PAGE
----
Thursday, February 10, 2011

Revolution by Deb Olin Unferth

Revolution: The Year I Fell in Love and Went to Join the War by Deb Olin Unferth is a memoir most easily summarized by an excerpt from the book itself:
"My boyfriend and I went to join the revolution.
We couldn’t find the first revolution.
The second revolution hired us on and then let us go.
We went to the other revolutions in the area- there were several- but every one we came to let us hang around for a few weeks but then made us leave.
We ran out of money and at last we came home.
I was eighteen. That’s the whole story."
Focusing on the year 1987, the memoir is told in a voice that is part naive 18 year old, desperately following her boyfriend wherever he goes, and part wise woman reflecting on her youthful experiences. Revolution is told in short chapters, fluttering throughout time, beginning with Unferth and her boyfriend, George, returning from Central America, with Unferth desperately craving McDonalds, "I had food in my heart and mind that morning", she writes. Later in the memoir when their Nicaraguan visas run out they go to Costa Rica. At this point they are both extremely malnourished and Unferth has taken on the look of a pregnant woman due to some kind of parasite likely living in her stomach, inflating it round and smooth. They purchase chocolate cake and Diet Coke and with a full mouth, Unferth states "Capitalism is wonderful." 

Revolution manages to be both funny and heart-warming, told with a dry sense of humour and a remarkable openness. Unferth easily admits that she was so in love with George, a desperate young love, that she was willing to drop out of college and follow him into dangerous places, deciding to be Christian along the way. Her family was Jewish and her decision to abandon their religion was perhaps more disturbing to them then that fact that she had left home and written them from the Mexican border about her plans to find a revolution. Unfortunately, finding a revolution proves more difficult than George and her imagined. They get fired from an orphanage when Unferth refuses to wear a bra and instead travel around Central America with a tape recorder, interviewing various people and recording over old rock cassettes. Unferth seems incredibly unaware of the danger she is encountering, more concerned about whether or not she should marry George. Writing on her experiences with the revolution, she says:
"We had absolutely no effect on anything that happened. The only thing that changed as a result of our presence was us."
Unferth's writing is incredible, she has an eye for tiny details and description which are what make Revolution so memorable. Her writing is both quirky and profound, and she manages to find a touch of humour in all situations. For example, she writes that benefit of having this parasite that inflated her stomach was that people often thought she was pregnant and she was not beyond using that to get food. Unferth also delves into what happened to her and George afterwards, including how she hired a private detective to find him, supposedly because she was writing this book but she was possibly writing this book as an excuse to find out what had happened to him. It is a remarkably genuine story of her first true love and the desperate obsession that comes along with it.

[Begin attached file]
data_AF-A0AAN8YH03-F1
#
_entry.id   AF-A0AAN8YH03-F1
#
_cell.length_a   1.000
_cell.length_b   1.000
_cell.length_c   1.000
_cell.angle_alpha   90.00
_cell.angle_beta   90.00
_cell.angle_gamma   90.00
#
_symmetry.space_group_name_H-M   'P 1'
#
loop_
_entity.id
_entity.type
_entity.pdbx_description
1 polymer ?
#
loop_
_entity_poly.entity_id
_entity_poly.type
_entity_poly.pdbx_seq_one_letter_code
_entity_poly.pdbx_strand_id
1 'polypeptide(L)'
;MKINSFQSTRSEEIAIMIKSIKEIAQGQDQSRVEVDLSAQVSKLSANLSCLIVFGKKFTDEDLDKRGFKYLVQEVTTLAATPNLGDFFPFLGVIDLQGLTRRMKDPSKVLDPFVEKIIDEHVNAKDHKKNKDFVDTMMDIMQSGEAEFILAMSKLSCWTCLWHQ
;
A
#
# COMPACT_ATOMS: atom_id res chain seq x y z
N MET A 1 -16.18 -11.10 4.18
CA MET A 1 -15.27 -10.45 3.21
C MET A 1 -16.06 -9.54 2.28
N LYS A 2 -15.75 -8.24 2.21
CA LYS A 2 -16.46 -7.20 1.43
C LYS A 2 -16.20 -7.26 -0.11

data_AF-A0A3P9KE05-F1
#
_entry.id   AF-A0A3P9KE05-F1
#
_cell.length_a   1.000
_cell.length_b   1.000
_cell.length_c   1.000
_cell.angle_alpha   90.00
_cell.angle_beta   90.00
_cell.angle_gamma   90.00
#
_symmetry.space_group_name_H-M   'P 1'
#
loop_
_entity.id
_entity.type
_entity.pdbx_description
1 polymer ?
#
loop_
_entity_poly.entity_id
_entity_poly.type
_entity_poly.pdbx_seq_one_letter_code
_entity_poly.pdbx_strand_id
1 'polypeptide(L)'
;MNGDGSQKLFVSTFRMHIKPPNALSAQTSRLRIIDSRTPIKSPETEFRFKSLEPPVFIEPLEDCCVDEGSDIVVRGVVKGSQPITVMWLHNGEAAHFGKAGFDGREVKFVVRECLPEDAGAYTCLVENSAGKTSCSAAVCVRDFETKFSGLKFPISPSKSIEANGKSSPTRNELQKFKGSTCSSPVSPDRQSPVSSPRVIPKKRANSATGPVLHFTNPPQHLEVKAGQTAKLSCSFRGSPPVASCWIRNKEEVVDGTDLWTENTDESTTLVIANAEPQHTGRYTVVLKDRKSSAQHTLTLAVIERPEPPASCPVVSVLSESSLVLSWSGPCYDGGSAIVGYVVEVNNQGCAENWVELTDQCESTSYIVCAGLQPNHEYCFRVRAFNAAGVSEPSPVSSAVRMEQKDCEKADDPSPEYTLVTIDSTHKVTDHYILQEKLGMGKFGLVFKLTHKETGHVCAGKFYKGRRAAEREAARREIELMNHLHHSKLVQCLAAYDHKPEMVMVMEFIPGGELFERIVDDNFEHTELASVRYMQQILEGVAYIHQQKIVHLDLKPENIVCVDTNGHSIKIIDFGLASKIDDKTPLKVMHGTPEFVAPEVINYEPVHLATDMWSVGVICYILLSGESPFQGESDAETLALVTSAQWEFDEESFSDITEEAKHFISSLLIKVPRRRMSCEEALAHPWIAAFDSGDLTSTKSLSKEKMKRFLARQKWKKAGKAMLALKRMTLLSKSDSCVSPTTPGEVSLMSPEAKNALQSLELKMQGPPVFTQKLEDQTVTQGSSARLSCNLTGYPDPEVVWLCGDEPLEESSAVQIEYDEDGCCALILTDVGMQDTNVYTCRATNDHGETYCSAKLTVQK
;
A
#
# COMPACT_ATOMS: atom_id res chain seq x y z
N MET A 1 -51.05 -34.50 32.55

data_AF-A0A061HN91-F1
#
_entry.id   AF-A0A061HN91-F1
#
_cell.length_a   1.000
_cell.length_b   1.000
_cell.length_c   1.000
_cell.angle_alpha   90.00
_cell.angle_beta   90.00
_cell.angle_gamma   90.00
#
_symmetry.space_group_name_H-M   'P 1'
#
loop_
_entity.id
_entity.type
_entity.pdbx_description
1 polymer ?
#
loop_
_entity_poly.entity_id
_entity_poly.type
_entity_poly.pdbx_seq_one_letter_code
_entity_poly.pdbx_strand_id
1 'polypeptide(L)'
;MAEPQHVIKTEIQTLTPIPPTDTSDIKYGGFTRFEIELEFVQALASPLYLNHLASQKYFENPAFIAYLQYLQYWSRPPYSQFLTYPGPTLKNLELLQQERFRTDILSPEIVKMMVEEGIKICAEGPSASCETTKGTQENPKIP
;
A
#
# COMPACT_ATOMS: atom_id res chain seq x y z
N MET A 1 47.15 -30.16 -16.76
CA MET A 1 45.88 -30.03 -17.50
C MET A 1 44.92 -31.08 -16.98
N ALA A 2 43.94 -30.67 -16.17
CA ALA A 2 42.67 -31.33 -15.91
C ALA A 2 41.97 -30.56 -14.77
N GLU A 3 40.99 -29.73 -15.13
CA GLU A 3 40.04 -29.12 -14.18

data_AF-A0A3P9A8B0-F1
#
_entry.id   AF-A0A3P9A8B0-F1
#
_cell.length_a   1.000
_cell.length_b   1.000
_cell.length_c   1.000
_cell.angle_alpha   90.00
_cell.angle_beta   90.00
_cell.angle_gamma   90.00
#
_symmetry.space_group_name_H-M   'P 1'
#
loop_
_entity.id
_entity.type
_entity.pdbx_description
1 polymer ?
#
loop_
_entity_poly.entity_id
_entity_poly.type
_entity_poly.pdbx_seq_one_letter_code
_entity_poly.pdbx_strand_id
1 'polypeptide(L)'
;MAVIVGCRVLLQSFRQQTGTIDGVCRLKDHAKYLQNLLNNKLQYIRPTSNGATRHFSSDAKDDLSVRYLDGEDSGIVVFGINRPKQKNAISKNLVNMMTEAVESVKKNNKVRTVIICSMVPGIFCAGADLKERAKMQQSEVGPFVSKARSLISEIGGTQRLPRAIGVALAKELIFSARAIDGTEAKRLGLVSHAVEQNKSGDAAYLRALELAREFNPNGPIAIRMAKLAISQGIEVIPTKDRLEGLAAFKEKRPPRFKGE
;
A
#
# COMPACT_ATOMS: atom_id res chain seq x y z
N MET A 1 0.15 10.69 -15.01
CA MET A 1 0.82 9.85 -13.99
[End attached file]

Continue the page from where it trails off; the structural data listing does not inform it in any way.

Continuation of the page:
In addition to the strength of the content itself, this may sound a bit silly, but this is also a case where the physical book is really gorgeous. I think the cover is perfect and the memoir is divided into sections separated by text in a style similar to the cover, including tiny butterflies.

Revolution: The Year I Fell in Love and Went to Join the War was my first experience with author Deb Olin Unferth, who has previously published a collection of short stories, Minor Robberies, as well as a novel, Vacation, however I have already purchased her previous works and am extremely excited to read them as she is clearly a rising literary star. Unferth has an incredible ability to be concise and clever, the book itself is a fairly short read, but what sticks with the reader afterwards is the power of the writing. In Revolution, Unferth reflects on her experiences attempting to join Central America revolutions with an observant and humorous eye while writing about universal emotions and the distances we will go, literally, for love. 

Release Date: February 1st, 2011
Pages: 224
: 4.5/5

Source: Publicist
Buy the Book

No comments:

Post a Comment

Your comments make my day!